Incremental backups

Created: 2014-06-17 — modified: 2016-09-26 — tags: bash

How I organised backups of my machine

Update: since April 2016, I've moved to a new backup system, based on rsync --link-dest parameter. I believe it's better for numerous reasons, so please use that!


Based on a short note from my Russian blog, let's make a good backupping system.

Humble beginning

We can start from a simple one-liner:

tar --create --gzip --ignore-failed-read --one-file-system --preserve-permissions --sparse --exclude=*cache* --exclude=*trash* --exclude=home/*/.ssh/‌* --ignore-case --listed-incremental=/backup/weekly --file=/backup/weekly-$(date +%G-%V).tar.gz /home /etc /usr/local/bin

It creates files with names like weekly-2015-39.tar.gz in the /backup/ folder. They are compressed (note --gzip argument), each of them has only files changed since last archive creation (note --listed-incremental= argument), and they have some other useful features - you can check the man tar page for other arguments.

You should run this command weekly. Stick it to /etc/cron.weekly/, for example.

Recoverability

Let's start with adding some recovery information for the case of broken bits. par2create is the tool to create a file with such recovery information (you're encouraged to check how to recover them yourself - I won't tell you).

That's done by a simple command

par2create -r10 -n1 {filename}

where -r10 means "recover from the loss of up to 10% of original file", and -n1 means "create only one recovery file"

To make it play nicely, the script grows a bit:

from="/home /etc /usr/local/bin"
cd /backup # destination for archives
file="weekly-$(date +%G-%V).tar.gz"
tar --create --gzip --ignore-failed-read --one-file-system --preserve-permissions --sparse --exclude=*cache* --exclude=*trash* --exclude=home/*/.ssh/‌* --ignore-case --listed-incremental=weekly --file=$file $from
par2create -r10 -n1 $file

In addition to files mentinoed above, it will also create files like weekly-2015-39.tar.gz.par2 and weekly-2015-39.tar.gz.vol000+200.par2 with some recovery information.

Space concerns

Ok, so incremental archives work like this: first, tar creates a "base" archive, which contains all files (and the weekly file with some metadata) and then, every week it creates an incremental archive with files changed during this week (and also updates the weekly file).

Eventually used space grows, and you might think that it's time to recreate the base archive and delete all incremental ones.

To do this, let's compare the sizes of "base" and all "incremental" archives, and when sum of incremental gets bigger then the base - it's time to clean up.

So we will do something like this:

let size_base=$(du -c base-*.tar.gz | grep total)
let size_incr=$(du -c weekly-*.tar.gz | grep total)
if [ $size_inc -gt $size_base ]; then
    # Clean up and create new base archive
else
    # Create weekly archive as normal
fi

Since we're creating archives in two different places - it's time to move relevant lines to a separate function.

And the whole script will look like this (note that I also added a command to create the "base" archive when there is no "weekly" file):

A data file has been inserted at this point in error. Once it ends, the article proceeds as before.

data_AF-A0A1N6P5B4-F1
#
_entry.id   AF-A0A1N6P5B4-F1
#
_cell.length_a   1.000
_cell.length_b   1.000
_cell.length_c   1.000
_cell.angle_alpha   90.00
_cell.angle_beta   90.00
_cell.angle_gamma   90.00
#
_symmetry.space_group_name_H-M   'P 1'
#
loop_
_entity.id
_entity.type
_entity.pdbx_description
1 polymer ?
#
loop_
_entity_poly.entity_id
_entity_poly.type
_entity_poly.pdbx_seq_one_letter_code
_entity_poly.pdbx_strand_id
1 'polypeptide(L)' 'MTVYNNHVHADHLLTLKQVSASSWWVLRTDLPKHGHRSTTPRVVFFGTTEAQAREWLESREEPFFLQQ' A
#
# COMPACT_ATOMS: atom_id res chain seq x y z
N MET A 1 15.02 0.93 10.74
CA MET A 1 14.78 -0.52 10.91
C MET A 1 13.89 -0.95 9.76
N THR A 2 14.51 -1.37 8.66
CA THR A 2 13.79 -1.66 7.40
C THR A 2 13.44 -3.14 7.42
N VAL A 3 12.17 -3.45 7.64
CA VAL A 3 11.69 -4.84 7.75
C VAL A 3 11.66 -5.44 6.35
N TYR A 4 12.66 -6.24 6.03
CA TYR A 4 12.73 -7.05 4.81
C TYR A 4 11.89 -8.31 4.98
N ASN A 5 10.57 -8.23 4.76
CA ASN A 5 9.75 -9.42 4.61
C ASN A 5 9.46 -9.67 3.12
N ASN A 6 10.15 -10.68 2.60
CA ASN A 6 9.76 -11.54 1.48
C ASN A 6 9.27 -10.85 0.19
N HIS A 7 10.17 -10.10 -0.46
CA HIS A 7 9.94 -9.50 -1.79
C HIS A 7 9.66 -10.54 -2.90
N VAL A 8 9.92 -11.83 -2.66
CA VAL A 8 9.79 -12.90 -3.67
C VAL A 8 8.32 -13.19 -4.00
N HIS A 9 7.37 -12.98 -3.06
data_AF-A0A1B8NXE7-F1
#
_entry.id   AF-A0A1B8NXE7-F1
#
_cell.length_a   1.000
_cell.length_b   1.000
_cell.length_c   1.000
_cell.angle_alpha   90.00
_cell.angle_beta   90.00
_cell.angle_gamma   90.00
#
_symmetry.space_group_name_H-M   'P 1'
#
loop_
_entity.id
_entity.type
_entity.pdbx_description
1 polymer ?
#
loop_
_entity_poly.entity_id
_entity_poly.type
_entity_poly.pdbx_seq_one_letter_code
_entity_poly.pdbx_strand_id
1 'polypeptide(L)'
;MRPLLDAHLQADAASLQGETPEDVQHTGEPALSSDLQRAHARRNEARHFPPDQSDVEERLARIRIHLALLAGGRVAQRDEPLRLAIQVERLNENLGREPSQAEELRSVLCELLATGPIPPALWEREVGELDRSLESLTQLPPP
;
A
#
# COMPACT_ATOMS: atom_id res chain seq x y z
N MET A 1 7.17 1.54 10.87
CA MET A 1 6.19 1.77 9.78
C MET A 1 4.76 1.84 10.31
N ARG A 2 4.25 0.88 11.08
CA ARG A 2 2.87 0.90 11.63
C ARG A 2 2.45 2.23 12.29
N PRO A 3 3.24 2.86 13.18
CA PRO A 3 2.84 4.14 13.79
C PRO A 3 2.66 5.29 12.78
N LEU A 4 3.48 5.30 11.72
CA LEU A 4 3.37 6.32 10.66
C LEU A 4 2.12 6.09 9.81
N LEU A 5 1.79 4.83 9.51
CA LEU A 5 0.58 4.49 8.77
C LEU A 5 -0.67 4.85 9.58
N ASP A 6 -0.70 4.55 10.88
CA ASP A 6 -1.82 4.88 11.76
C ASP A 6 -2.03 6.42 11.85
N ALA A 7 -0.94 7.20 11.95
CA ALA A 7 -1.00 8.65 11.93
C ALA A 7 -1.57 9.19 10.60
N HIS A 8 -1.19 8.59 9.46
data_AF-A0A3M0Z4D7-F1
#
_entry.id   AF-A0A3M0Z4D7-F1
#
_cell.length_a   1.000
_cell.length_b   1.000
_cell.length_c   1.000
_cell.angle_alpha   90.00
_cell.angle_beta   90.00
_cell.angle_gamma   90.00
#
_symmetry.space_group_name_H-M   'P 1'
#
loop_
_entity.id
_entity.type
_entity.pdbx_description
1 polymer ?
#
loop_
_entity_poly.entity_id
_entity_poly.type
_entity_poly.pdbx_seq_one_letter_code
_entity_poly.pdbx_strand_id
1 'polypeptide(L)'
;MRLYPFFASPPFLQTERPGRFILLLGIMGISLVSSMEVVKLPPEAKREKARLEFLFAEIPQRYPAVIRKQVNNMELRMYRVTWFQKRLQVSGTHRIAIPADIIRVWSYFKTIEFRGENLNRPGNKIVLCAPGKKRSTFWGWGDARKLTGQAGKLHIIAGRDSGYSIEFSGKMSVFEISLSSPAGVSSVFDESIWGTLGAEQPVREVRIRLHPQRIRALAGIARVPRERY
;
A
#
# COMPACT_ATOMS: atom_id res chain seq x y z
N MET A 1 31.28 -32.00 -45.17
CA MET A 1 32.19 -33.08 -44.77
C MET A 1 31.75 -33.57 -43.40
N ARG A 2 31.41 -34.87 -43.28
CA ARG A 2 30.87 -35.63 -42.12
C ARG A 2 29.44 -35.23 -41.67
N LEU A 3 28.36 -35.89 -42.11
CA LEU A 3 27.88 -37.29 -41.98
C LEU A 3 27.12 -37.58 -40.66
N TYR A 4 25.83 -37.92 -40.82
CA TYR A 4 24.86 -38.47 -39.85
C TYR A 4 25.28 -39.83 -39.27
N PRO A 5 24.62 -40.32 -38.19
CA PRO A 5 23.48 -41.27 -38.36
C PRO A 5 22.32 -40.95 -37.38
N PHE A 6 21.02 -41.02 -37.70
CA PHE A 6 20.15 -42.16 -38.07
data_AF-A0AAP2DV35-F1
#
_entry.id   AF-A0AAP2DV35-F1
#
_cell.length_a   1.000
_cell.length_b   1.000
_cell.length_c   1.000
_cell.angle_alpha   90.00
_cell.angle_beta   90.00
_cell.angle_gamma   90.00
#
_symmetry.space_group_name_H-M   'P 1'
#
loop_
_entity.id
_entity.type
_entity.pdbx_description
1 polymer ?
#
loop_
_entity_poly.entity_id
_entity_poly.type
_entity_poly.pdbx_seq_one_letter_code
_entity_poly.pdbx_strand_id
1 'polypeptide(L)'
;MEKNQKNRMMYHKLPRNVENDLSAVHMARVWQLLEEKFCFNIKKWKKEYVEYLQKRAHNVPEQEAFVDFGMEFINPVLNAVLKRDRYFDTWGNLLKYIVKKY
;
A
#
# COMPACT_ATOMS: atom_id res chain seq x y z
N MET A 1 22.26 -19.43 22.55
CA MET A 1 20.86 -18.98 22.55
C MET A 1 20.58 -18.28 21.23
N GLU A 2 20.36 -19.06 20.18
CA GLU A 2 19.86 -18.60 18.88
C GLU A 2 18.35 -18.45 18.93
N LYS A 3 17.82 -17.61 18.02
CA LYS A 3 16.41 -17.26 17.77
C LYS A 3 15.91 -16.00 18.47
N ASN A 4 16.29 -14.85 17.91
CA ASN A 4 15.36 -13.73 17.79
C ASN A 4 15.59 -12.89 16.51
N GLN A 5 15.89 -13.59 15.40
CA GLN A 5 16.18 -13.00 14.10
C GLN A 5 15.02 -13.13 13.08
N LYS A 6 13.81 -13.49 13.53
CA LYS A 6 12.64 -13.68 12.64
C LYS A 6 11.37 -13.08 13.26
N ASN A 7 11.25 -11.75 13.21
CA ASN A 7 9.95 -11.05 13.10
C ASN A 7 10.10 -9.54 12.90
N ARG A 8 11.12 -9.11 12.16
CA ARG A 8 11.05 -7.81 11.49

from="/home /etc /usr/local/bin"
cd /backup # destination for archives

archive() {
    tar --create --gzip --ignore-failed-read --one-file-system --preserve-permissions --sparse --exclude=*cache* --exclude=*trash* --exclude=home/*/.ssh/‌* --ignore-case --listed-incremental=$1 --file=$2 $from
    par2create -r10 -n1 $2
}

week=$(date +%G-%V)

if [ ! -f weekly ]; then
    # First run - create base archive
    archive weekly base-$week.tar.gz
else
    # Check sizes
    let size_base=$(du -c base-*.tar.gz | grep total)
    let size_incr=$(du -c weekly-*.tar.gz | grep total)
    if [ $size_inc -gt $size_base ]; then
        # Clean up and create new base archive
        delete_list="$(ls weekly-* base-*)"
        rm weekly
        archive weekly base-$week.tar.gz
        rm $delete_list
    else
        # Create weekly archive
        archive weekly weekly-$week.tar.gz
    fi
fi

Daily backups

Let's also add some daily backups. But keeping in mind that some files might change every day, instead of just renaming weekly to daily, let's make them also incremental, but based on latest weekly file.

Like this:

#!/bin/bash

from="/home /etc /usr/local/bin"
cd /backup # destination for archives

archive() {
    tar --create --gzip --ignore-failed-read --one-file-system --preserve-permissions --sparse --exclude=*cache* --exclude=*trash* --exclude=home/*/.ssh/‌* --ignore-case --listed-incremental=$1 --file=$2 $from
    par2create -r10 -n1 $2
}

dow=$(date +%w)
week=$(date +%G-%V)

if [ ! -f weekly ]; then
    # First run - create base archive
    archive weekly base-$week.tar.gz
    cp weekly daily
elif [ $dow == 0 ]; then
    # Sunday - check sizes
    let size_base=$(du -c base-*.tar.gz | grep total)
    let size_incr=$(du -c weekly-*.tar.gz | grep total)
    if [ $size_inc -gt $size_base ]; then
        # Clean up and create new base archive
        delete_list="$(ls weekly-* base-*)"
        rm weekly
        archive weekly base-$week.tar.gz
        rm $delete_list
    else
        # Create weekly archive
        archive weekly weekly-$week.tar.gz
    fi
    rm daily*
    cp weekly daily
else
    # Create daily archive
    archive daily daily-$dow.tar.gz
fi

At the end you can also add some command to rsync your backups to remote server.

In next article I'll cover more advanced topics, like:

  • encryption

  • multiple machines backups

  • separating settings, code, and data

  • ...and maybe something more

Stay tuned!

Thanks to my Linux friend for his valuable input on this subject